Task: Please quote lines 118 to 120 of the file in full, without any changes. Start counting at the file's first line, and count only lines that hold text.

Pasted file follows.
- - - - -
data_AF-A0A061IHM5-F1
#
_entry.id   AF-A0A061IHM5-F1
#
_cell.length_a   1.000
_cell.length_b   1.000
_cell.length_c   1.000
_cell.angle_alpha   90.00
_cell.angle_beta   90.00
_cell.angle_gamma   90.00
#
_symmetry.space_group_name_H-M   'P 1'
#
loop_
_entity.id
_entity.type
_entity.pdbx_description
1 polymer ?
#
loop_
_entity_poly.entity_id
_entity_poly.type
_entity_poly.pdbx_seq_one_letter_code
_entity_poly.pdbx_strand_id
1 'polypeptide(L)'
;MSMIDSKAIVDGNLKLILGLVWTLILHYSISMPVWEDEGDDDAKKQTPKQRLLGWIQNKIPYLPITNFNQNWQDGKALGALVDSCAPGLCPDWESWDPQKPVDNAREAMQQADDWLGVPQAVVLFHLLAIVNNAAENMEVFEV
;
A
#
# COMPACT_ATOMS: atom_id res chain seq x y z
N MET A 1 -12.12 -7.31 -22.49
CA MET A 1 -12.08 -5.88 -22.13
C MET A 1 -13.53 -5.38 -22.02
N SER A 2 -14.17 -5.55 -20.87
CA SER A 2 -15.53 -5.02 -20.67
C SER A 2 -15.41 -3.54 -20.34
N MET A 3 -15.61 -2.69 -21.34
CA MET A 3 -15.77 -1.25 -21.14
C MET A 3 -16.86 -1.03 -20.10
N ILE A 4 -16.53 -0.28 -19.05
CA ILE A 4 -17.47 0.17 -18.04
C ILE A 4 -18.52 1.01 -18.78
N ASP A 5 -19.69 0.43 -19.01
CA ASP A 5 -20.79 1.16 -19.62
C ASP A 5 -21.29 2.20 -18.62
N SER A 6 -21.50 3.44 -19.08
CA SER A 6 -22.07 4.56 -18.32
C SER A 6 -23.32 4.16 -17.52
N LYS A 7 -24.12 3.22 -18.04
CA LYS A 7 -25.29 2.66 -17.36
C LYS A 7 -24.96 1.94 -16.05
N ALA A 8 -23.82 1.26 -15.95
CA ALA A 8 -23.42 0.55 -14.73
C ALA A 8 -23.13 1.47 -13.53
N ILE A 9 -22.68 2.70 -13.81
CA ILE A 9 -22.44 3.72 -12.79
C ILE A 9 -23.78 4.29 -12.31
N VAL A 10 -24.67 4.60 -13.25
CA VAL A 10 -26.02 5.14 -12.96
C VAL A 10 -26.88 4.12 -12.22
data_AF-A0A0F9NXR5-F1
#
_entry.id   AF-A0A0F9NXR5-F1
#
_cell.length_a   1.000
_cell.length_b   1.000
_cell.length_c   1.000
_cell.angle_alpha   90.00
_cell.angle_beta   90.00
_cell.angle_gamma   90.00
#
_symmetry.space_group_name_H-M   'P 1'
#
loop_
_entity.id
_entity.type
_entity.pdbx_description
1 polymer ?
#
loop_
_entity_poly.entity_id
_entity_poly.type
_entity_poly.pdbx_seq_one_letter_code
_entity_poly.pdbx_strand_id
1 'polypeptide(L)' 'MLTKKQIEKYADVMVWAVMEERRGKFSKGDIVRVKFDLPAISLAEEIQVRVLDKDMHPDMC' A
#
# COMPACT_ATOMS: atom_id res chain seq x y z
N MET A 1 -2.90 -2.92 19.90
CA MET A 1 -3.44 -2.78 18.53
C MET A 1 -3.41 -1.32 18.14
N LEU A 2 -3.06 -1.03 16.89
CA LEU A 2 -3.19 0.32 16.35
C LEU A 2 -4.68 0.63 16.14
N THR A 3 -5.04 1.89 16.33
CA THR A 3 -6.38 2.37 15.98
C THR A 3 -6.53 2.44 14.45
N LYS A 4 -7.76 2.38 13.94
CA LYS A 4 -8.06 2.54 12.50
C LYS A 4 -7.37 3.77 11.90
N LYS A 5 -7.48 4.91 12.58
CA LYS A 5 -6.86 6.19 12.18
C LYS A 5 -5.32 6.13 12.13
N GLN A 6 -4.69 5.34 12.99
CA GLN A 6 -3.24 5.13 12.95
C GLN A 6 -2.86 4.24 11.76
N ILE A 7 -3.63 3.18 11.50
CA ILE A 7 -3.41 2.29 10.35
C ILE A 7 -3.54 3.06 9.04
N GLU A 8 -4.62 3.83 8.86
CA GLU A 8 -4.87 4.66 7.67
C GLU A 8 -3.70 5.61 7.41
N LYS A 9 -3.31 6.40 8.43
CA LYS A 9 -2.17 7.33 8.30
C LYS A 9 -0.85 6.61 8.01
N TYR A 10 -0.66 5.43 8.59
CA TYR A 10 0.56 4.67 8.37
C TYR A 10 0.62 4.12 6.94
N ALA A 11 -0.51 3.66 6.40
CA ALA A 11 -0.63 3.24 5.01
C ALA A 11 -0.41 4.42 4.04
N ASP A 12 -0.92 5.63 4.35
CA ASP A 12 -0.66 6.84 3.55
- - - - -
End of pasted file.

N ALA A 11 -0.51 3.66 6.40
CA ALA A 11 -0.63 3.24 5.01
C ALA A 11 -0.41 4.42 4.04